Social Science Docket’s Curriculum Review of the Zinn Education Project

Review by Matthew Crichton
Howard Zinn, who recently died, was a historian and author of the groundbreaking A People’s History of the United States (New York: Harper, 2003). Zinn views historical events through the eyes of the ordinary people and focuses on their struggles against oppression, rather than from the perspective of leaders or conquerors. The Zinn Education Project ( is a new effort to influence the secondary school curriculum. The website offers historical documents and lesson ideas organized chronologically and thematically. It also includes lists of resources.

A companion to the website is A People’s History for the Classroom by Bill Bigelow (Milwaukee, WI: Rethinking Schools, 2008). Bigelow includes several projects for the United States history curriculum that look to correct how we teach certain topics including the discovery of America, the U.S. – Mexico War, the labor movement, the Vietnam War, desegregation of schools, and terrorism. Each topic features an in-depth project for students and includes a list of materials, handouts, time requirements, and suggested lesson procedure. It is very effectively presented and what might otherwise have been a complicated process is easy to follow.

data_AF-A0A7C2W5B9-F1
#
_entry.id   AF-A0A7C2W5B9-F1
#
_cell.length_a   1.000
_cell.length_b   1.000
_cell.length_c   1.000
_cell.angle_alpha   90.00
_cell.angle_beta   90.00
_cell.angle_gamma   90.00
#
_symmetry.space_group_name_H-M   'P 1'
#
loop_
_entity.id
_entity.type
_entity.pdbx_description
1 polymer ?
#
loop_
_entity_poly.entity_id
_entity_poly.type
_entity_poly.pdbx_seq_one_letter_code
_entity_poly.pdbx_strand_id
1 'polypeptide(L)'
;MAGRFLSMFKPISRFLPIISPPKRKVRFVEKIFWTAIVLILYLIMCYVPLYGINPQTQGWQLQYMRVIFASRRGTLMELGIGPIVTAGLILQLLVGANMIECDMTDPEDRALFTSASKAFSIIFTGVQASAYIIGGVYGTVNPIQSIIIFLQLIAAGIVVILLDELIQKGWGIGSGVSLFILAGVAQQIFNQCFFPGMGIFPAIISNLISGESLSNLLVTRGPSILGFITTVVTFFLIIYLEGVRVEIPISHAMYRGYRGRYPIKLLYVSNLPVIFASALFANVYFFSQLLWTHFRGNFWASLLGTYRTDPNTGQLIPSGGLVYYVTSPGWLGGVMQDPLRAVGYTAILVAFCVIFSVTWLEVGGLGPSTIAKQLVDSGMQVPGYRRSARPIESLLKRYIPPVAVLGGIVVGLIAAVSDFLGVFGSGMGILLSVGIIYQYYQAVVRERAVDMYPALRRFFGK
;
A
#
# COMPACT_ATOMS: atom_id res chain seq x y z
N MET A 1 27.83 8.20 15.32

Of particular interest for me as a middle school social studies teacher was the project for the U.S. – Mexico War. All students in a class are given a card with a different role to play and different views about the war. Many people were undecided about support for the war and some actively opposed it. As an end product, students complete a questionnaire using the information they collected from each other.

Another resource I found valuable was A Young People’s History of the United States edited by Rebecca Stepoff (New York: Seven Stories Press, 2009). It is an adapted version of Zinn’s book designed for middle school students. The two-volume makes Zinn’s alternate take on the history available to younger readers. One of my students, who read a chapter on racism in the United States, said that the book “answered so many of the unasked questions.”

For teachers looking for primary source documents, I recommend Voices of a People’s History by Howard Zinn and Anthony Arnove (New York: Seven Stories Press, 2009). Many of the great songs, speeches, and documents Zinn used to write A People’s History are included here. Zinn and Arnove provide a brief introduction for each document. This book became the source for the History Channel’s production of The People Speak ( The website has video footage of Matt Damon reading and explaining the Declaration of Independence, Benjamin Bratt reading a letter written by a runaway slave to his former master, Christina Kirk as Susan B. Anthony, Josh Brolin as Bartolemeo Vanzetti, and Jasmine Guy as Marianne Wright Edelman.